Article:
Biocontrol agents are living organisms with the potential to suppress populations of plant pathogens or pests in a cropping system. The complex interplay between the different players and the changing environment, results in a combination of different modes of action. Here, we applied an mRNA-based systems approach to gain insight into the antagonist-pathogen-host interaction of Golubevia sp. isolates BC0812 and BC0850 with the causal agent of wheat powdery mildew, Blumeria graminis f. sp. tritici, in planta over time. Bioassays were performed on potted wheat plants (water-treated control, antagonist, pathogen, antagonist+pathogen) under controlled conditions. A significantly higher percentage of mildew conidia were parasitized after treatment with Golubevia sp. BC0812 with 26% and BC0850 with 16% compared to the water control with 1%. Differential gene expression analysis of antagonists, pathogen and host 5, 6, 7, and 11 days after inoculation (dai) with the antagonist pointed to a combination of different modes of action: An interplay of modulating plant defense responses, impairing conidiogenesis of the pathogen by scavenging H2O2, facultative hyperparasitism and nitrogen competition. Microscopic observations supported the suggested hyperparasitism as thin mycelium could be observed on Bgt conidia at 6 dai and later. Taken together the results allowed the formulation of new hypothesis regarding modes of action and the interplay between antagonist, pathogen and host. It showed that a solid molecular understanding of the antagonist-pathogen relationship over time is essential for less biased mode of action studies. Understanding this complex interplay is the basis for targeted optimization strategies and allows discovery of new potential targets and markers for future biocontrol development.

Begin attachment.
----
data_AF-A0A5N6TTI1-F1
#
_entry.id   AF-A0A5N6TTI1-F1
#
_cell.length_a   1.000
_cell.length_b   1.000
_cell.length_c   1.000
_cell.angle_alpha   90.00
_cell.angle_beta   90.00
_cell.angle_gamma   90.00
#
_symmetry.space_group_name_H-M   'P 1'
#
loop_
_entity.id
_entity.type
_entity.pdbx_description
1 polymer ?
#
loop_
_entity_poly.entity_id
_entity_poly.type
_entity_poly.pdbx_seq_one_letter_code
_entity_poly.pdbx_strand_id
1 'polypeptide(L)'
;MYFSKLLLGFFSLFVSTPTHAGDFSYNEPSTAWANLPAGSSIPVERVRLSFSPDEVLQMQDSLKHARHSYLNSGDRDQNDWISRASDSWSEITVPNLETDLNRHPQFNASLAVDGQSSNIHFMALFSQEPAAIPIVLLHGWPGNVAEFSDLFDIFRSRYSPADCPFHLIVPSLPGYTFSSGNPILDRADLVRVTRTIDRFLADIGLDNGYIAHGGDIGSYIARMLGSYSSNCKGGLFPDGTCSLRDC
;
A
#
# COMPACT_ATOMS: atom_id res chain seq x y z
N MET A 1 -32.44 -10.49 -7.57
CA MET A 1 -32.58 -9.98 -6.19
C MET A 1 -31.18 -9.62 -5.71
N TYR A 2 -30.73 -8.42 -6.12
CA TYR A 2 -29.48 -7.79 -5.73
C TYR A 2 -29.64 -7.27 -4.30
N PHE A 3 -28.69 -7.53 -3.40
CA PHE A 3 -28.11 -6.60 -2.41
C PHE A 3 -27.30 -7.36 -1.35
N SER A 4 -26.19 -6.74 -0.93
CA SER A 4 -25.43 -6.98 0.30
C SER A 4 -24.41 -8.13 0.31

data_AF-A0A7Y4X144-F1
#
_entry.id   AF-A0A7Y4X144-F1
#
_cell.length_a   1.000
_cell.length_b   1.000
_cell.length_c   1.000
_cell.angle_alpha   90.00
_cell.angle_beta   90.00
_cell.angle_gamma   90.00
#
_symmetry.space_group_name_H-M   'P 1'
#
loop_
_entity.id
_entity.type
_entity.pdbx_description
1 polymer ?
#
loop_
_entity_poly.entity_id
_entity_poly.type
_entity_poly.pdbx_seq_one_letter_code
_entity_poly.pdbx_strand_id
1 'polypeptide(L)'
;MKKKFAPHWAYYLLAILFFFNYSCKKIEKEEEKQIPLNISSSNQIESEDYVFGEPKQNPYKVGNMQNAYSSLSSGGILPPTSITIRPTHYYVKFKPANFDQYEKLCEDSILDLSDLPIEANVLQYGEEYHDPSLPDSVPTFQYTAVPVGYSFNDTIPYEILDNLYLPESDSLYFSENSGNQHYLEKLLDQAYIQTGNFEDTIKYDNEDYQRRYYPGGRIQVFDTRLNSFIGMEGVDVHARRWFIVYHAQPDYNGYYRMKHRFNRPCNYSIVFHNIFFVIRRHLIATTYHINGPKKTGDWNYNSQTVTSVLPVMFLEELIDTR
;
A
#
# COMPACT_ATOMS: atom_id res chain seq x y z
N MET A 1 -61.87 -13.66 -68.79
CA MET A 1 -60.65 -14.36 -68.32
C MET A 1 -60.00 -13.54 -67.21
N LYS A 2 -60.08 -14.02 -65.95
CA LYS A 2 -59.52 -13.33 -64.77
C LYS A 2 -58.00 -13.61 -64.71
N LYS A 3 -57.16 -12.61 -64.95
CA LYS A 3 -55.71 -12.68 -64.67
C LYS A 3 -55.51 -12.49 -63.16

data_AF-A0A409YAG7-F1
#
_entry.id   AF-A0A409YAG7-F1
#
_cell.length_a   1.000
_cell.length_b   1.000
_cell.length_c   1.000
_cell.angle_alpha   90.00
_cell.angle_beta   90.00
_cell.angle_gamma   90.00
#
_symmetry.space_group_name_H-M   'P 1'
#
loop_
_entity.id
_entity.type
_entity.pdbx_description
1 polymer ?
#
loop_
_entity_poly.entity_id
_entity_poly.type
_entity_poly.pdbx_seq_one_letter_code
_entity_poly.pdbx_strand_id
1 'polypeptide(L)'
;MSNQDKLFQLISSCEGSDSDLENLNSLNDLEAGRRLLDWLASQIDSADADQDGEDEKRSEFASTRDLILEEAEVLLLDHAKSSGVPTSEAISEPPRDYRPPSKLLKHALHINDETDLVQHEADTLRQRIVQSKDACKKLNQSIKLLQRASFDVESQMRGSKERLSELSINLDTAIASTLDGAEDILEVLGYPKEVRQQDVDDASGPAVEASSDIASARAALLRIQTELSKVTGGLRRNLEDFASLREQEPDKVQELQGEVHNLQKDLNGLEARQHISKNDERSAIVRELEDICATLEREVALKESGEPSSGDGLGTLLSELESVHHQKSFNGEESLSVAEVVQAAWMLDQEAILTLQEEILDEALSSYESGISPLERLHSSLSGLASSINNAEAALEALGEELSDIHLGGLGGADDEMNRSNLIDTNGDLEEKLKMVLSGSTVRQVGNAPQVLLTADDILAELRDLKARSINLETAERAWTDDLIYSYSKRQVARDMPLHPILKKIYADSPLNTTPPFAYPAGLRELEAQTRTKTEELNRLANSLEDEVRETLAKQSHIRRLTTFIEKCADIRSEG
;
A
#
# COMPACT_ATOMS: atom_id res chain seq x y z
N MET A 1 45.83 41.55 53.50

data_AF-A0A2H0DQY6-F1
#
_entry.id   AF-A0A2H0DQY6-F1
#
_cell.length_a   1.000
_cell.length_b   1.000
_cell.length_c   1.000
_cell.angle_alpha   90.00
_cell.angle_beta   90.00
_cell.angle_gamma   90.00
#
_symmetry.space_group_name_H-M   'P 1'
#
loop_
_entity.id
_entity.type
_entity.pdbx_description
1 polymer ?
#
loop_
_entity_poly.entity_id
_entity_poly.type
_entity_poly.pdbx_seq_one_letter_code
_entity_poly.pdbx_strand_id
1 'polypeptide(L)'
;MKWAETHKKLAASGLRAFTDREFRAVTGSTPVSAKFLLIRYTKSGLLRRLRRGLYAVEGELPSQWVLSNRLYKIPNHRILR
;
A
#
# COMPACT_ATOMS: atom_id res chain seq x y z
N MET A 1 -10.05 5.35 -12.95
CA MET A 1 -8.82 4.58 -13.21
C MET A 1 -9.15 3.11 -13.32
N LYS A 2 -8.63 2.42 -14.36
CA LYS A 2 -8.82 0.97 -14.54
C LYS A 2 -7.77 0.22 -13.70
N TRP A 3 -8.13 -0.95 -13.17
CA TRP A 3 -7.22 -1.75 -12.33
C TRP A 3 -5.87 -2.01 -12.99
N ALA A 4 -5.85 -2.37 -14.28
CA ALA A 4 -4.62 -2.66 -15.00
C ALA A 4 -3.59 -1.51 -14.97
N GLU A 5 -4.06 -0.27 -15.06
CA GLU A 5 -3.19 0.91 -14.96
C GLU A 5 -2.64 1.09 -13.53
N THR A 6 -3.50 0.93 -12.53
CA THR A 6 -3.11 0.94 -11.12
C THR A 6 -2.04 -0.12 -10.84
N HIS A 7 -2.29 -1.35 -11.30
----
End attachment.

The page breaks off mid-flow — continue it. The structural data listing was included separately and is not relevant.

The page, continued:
Improved prediction of fuel properties with near-infrared spectroscopy using a complementary sequential fusion of scatter correction techniques
    Mishra, Puneet ; Marini, Federico ; Biancolillo, Alessandra ; Roger, Jean Michel - \ 2021
    Talanta 223 (2021)Part 1. - ISSN 0039-9140
    Data fusion - Fuel - Multi-block data analysis - Multivariate analysis - Preprocessing - Spectroscopy
    Near-infrared (NIR) spectroscopy of fuels can suffer from scattering effects which may mask the signals corresponding to key analytes in the spectra. Therefore, scatter correction techniques are often used prior to any modelling so to remove scattering and improve predictive performances. However, different scatter correction techniques may carry complementary information so that, if jointly used, both model stability and performances could be improved. A solution to that is the fusion of complementary information from differently scatter corrected data. In the present work, the use of a preprocessing fusion approach called sequential preprocessing through orthogonalization (SPORT) is demonstrated for predicting key quality parameters in diesel fuels. In particular, the possibility of predicting four different key properties, i.e., boiling point (°C), density (g/mL), aromatic mass (%) and viscosity (cSt), was considered. As a comparison, standard partial least-squares (PLS) regression modelling was performed on data pretreated by SNV and 2nd derivative (which is a widely used preprocessing combination). The results showed that the SPORT models, based on the fusion of scatter correction techniques, outperformed the standard PLS models in the prediction of all the four properties, suggesting that selection and use of a single scatter correction technique is often not sufficient. Up to complete bias removal with 50% reduction in prediction error was obtained. The R2P was increased by up to 8%. The sequential scatter fusion approach (SPORT) is not limited to NIR data but can be applied to any other spectral data where a preprocessing optimization step is required.